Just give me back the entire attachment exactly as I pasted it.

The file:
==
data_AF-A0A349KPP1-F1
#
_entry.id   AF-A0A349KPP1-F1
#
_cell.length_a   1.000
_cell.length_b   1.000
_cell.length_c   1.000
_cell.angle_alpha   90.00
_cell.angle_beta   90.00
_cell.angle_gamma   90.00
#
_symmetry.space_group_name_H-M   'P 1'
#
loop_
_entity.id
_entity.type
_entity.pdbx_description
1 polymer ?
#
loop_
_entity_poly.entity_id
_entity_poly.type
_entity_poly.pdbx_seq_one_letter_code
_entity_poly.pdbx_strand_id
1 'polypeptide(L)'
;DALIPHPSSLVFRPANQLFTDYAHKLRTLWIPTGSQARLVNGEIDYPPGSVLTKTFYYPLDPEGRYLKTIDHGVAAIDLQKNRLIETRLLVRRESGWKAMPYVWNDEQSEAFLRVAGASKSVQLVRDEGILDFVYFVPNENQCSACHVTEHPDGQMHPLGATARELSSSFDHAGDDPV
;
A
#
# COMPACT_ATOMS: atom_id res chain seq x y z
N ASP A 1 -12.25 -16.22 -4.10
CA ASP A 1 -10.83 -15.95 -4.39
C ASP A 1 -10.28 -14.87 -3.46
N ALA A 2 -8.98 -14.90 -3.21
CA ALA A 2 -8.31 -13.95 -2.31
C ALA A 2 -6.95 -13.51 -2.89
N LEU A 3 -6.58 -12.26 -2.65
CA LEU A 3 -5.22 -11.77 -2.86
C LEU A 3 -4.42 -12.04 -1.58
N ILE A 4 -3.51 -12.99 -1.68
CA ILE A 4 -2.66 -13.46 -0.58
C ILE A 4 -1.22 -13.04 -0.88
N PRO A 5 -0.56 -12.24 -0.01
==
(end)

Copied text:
data_AF-A0A349KPP1-F1
#
_entry.id   AF-A0A349KPP1-F1
#
_cell.length_a   1.000
_cell.length_b   1.000
_cell.length_c   1.000
_cell.angle_alpha   90.00
_cell.angle_beta   90.00
_cell.angle_gamma   90.00
#
_symmetry.space_group_name_H-M   'P 1'
#
loop_
_entity.id
_entity.type
_entity.pdbx_description
1 polymer ?
#
loop_
_entity_poly.entity_id
_entity_poly.type
_entity_poly.pdbx_seq_one_letter_code
_entity_poly.pdbx_strand_id
1 'polypeptide(L)'
;DALIPHPSSLVFRPANQLFTDYAHKLRTLWIPTGSQARLVNGEIDYPPGSVLTKTFYYPLDPEGRYLKTIDHGVAAIDLQKNRLIETRLLVRRESGWKAMPYVWNDEQSEAFLRVAGASKSVQLVRDEGILDFVYFVPNENQCSACHVTEHPDGQMHPLGATARELSSSFDHAGDDPV
;
A
#
# COMPACT_ATOMS: atom_id res chain seq x y z
N ASP A 1 -12.25 -16.22 -4.10
CA ASP A 1 -10.83 -15.95 -4.39
C ASP A 1 -10.28 -14.87 -3.46
N ALA A 2 -8.98 -14.90 -3.21
CA ALA A 2 -8.31 -13.95 -2.31
C ALA A 2 -6.95 -13.51 -2.89
N LEU A 3 -6.58 -12.26 -2.65
CA LEU A 3 -5.22 -11.77 -2.86
C LEU A 3 -4.42 -12.04 -1.58
N ILE A 4 -3.51 -12.99 -1.68
CA ILE A 4 -2.66 -13.46 -0.58
C ILE A 4 -1.22 -13.04 -0.88
N PRO A 5 -0.56 -12.24 -0.01